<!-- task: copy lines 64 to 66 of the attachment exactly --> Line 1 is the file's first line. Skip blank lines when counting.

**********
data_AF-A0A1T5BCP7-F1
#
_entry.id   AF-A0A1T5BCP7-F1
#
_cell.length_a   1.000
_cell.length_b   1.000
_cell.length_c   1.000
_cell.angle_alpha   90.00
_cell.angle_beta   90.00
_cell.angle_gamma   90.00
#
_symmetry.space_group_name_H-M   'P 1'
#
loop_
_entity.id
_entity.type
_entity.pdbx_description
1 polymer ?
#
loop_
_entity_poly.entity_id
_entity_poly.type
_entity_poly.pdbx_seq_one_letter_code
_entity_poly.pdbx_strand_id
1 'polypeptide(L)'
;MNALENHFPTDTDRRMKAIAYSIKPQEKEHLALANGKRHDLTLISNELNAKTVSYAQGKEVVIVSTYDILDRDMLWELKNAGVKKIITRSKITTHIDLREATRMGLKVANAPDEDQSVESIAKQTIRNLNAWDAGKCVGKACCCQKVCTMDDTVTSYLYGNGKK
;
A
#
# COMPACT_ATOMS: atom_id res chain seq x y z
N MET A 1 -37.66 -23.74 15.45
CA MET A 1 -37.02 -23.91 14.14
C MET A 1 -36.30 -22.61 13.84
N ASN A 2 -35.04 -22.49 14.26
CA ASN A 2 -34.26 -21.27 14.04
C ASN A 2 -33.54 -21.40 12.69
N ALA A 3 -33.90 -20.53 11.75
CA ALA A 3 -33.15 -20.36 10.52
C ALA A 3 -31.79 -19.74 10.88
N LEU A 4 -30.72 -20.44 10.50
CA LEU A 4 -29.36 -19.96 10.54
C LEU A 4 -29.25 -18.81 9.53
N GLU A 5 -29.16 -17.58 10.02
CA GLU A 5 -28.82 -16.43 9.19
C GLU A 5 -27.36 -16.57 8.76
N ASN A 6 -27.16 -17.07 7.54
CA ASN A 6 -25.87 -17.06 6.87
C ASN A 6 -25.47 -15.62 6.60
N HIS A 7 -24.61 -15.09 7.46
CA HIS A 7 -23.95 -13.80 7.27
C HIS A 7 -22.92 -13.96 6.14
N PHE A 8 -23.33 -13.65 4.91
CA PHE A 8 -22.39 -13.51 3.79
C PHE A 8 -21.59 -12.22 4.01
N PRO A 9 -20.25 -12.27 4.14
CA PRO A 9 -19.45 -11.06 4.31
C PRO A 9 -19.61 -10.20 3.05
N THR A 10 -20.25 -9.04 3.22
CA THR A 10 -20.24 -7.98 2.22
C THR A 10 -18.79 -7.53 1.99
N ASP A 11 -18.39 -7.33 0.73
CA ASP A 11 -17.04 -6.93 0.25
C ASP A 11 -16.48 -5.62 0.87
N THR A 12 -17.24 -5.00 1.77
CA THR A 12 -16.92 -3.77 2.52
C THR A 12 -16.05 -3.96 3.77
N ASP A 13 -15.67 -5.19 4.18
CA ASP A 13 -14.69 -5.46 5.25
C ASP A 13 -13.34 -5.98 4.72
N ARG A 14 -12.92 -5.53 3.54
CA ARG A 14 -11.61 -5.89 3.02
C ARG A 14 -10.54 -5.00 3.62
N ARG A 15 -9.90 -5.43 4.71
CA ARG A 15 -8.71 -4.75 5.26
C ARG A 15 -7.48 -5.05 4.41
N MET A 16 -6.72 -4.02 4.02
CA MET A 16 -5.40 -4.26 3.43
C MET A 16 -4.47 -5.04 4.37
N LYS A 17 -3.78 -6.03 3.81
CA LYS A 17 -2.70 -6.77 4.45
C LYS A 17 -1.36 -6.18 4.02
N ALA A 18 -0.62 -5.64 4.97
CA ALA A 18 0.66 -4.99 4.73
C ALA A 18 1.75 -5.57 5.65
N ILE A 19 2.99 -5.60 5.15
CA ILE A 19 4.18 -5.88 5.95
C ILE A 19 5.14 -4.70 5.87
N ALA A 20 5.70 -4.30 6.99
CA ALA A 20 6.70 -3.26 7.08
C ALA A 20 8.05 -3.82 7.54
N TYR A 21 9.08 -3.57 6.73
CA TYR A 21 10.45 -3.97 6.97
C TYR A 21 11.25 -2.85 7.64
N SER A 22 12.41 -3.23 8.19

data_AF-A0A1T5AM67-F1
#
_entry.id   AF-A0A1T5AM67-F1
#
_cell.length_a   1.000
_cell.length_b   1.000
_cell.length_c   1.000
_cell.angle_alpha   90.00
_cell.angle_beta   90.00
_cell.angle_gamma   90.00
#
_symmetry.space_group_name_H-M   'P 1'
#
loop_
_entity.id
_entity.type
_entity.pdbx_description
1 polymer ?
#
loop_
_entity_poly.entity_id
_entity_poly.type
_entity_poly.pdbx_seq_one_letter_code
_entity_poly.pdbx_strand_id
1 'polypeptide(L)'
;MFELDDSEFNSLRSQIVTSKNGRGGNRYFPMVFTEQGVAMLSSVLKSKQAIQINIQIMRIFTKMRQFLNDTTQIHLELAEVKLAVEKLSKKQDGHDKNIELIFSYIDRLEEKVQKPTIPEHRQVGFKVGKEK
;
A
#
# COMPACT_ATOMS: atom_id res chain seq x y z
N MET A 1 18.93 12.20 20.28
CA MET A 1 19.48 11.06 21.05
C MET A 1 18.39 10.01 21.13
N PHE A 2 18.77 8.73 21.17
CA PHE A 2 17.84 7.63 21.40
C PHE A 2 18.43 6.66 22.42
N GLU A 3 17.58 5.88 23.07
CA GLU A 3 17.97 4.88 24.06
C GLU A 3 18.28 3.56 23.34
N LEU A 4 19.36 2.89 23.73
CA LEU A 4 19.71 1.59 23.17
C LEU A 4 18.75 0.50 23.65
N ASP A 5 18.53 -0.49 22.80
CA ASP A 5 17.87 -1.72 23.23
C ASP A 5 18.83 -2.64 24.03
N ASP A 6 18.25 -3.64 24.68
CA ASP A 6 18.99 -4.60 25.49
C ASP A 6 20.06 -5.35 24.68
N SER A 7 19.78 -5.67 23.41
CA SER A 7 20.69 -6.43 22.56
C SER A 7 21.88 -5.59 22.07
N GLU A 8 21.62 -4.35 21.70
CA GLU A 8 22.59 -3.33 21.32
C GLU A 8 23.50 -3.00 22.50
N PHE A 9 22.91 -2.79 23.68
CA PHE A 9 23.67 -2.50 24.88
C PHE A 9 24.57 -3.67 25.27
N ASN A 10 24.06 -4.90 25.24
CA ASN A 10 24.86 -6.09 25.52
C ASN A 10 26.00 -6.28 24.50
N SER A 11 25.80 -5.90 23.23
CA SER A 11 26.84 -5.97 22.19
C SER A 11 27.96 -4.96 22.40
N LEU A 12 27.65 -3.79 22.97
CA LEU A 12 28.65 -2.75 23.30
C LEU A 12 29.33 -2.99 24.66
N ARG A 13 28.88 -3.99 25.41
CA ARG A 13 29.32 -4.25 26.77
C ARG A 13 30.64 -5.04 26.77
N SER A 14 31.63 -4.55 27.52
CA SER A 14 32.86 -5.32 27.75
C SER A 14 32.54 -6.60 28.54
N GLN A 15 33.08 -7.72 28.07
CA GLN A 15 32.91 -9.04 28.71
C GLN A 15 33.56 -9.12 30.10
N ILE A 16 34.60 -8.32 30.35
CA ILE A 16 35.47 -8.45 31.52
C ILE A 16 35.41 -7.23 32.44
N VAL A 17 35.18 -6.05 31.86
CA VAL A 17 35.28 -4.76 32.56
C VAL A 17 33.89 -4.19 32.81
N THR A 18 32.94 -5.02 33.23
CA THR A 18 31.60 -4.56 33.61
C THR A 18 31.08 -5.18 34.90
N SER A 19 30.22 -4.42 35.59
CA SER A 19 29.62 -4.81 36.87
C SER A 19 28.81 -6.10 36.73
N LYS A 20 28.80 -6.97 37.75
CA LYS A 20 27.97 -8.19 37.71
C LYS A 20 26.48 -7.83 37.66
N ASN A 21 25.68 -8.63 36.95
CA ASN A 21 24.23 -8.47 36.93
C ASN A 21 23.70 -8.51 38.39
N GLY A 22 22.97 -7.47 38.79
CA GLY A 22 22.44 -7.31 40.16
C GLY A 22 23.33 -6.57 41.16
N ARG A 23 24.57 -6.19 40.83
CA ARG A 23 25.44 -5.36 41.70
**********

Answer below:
N THR A 12 -17.24 -5.00 1.77
CA THR A 12 -16.92 -3.77 2.52
C THR A 12 -16.05 -3.96 3.77